The Right Rite
A Priestfrom the Northern Province reflects on the Bishop of London’s Ad Clerum
Some readers of New Directions may be feeling a little disappointed – if not infuriated – to read the Bishop’s Pastoral Letter on the Eucharistic Life of the Church in London in which, as a response to the new translation of the Roman Missal which the majority of Roman Rite parishes in the Church of England are using with great success, he writes that ‘for those who remain [as opposed to joining the Ordinariate] there can be no logic in the claim to be offering the Eucharist in communion with the Roman Church which the adoption of the new rites would imply. In these rites there is not only a prayer for the Pope but the expression of a communion with him; a communion Pope Benedict XVI would certainly repudiate.’
There can be little doubt that Anglo-Catholicism has at times attracted a small minority of fantasists and Roman Catholic-manques. There can equally be little doubt that few of them are left. Those of us that do remain use the Roman Rite not out of a desire to perpetuate a fantasy but as an expression of our desire for the Unity for which Jesus Christ longed. The Bishop urges our parishes not to ‘create further disunity by adopting the new rites.’ Readers may be forgiven for thinking that on the list of things currently threatening disunity in the Church of England, the adoption of Eucharistic services used by the majority of Western Catholic Christians would be a long way down the list.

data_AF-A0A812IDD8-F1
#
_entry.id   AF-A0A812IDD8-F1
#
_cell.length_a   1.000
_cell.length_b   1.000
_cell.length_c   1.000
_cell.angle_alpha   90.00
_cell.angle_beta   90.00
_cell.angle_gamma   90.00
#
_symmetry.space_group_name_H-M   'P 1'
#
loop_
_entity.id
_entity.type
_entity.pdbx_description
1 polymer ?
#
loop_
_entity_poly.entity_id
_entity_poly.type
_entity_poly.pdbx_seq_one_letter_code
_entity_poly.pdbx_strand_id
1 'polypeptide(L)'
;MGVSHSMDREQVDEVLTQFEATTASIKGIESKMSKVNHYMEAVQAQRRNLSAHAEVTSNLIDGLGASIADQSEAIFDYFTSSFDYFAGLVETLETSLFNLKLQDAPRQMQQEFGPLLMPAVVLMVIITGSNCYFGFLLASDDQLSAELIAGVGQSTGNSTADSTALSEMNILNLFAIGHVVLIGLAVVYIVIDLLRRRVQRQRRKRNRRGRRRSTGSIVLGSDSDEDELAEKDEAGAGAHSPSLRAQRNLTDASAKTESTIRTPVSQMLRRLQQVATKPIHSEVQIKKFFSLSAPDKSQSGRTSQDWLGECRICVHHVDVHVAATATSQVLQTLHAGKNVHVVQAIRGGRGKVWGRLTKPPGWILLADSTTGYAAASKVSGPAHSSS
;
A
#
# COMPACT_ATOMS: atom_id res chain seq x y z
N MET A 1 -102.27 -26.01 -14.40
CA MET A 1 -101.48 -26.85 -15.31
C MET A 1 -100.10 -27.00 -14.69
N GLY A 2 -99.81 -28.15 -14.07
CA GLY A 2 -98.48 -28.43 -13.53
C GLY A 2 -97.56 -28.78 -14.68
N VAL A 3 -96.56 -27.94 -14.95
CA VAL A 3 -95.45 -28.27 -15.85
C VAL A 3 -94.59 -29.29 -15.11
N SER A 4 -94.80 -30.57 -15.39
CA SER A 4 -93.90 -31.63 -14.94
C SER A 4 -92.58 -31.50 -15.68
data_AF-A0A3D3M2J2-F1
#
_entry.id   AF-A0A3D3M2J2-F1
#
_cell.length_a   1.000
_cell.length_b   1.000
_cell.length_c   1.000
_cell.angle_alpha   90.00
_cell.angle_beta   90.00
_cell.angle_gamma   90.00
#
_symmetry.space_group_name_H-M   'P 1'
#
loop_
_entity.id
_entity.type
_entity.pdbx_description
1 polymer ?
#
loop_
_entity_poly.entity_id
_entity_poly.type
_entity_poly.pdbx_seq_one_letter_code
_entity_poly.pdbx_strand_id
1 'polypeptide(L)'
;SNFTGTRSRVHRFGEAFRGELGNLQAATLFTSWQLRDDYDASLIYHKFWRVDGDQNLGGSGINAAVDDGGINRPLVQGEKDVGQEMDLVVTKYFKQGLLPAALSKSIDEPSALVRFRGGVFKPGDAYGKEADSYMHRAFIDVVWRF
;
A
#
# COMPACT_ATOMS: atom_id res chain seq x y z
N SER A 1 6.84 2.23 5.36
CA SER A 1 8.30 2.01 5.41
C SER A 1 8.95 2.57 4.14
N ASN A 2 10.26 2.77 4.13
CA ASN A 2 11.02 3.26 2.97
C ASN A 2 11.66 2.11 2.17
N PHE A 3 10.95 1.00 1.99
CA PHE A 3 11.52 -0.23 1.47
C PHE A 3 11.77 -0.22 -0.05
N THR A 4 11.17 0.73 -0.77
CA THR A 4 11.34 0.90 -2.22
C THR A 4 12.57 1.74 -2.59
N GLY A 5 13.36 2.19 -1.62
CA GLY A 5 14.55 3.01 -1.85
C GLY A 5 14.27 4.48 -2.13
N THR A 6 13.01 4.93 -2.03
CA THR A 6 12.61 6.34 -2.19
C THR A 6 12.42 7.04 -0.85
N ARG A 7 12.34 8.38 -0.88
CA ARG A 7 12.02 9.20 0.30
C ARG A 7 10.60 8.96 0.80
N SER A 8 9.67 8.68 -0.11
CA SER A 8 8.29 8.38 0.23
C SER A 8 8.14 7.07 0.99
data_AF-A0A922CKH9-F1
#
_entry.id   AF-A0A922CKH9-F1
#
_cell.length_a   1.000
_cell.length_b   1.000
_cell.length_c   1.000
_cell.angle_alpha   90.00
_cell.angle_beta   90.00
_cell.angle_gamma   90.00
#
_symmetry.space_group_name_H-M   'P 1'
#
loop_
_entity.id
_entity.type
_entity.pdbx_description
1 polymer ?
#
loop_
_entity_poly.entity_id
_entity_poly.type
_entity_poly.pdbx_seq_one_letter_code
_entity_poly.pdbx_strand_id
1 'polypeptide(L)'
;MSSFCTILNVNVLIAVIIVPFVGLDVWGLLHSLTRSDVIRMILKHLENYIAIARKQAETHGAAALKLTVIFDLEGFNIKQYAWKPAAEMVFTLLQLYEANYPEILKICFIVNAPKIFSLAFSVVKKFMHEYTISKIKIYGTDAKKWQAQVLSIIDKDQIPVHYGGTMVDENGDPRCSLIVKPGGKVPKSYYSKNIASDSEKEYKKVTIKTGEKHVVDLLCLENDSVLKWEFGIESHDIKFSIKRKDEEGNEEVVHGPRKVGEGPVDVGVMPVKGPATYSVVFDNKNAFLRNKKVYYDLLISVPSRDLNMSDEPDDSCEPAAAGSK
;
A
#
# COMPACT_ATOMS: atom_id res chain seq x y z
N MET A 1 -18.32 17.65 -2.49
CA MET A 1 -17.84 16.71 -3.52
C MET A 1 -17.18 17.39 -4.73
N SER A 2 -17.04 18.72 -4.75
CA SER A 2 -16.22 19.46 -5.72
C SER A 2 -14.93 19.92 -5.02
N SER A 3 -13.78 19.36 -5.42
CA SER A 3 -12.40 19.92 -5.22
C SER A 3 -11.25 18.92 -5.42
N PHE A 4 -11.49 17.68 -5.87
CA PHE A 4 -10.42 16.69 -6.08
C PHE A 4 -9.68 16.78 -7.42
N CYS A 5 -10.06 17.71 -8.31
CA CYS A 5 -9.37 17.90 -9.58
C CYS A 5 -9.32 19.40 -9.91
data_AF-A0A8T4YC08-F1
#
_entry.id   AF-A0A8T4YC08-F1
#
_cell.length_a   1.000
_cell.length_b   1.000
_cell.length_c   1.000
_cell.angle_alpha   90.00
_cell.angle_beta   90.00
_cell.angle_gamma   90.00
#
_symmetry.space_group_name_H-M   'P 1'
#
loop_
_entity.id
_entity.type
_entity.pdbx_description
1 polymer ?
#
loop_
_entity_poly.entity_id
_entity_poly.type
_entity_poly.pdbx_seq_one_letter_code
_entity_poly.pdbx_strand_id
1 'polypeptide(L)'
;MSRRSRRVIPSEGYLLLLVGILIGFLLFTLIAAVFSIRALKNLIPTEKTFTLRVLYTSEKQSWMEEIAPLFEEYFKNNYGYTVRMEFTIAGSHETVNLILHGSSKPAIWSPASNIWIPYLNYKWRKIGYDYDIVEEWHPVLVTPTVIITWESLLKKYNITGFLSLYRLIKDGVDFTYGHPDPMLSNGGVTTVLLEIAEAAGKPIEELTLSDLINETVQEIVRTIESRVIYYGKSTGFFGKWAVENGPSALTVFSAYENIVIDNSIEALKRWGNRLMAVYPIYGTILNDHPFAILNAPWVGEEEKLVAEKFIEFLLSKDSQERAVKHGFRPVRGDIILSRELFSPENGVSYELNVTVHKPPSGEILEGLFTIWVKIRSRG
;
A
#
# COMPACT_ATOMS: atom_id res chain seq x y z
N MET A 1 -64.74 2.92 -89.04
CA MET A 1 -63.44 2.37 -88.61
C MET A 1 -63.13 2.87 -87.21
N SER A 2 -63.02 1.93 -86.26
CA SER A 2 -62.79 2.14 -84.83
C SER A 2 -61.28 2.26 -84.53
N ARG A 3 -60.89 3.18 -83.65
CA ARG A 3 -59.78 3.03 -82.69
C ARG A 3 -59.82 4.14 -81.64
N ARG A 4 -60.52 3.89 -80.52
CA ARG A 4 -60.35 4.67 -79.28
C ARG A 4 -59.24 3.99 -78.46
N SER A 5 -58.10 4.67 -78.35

The Bishop writes that those parishes which adopt the new rites ‘are making a clear statement of their disassociation not only from the Church of England but from the Roman Communion as well. This is a pastoral unkindness to the laity and a serious canonical matter.’ Readers may be forgiven for finding the Bishop’s logic a little hard to follow, and his concern for the laity a little patronizing. I have yet to encounter a pastoral visit or Home Communion which has been hampered by the new requirement to respond ‘And with your Spirit.’
Readers may also be forgiven for wondering what precisely is the point of all this, given the Bishop’s statement that ‘there will be no persecution and no creation of ritual martyrs.’ Why bother, then, except to give succour to those who have long opposed Roman Rite parishes and everything they stand for? Readers may finally be forgiven for recalling the sketch from Beyond the Fringe, in which an upper-class officer approaches a soldier and tells him: ‘We need a pointless sacrifice, and I think you’re just the man.’
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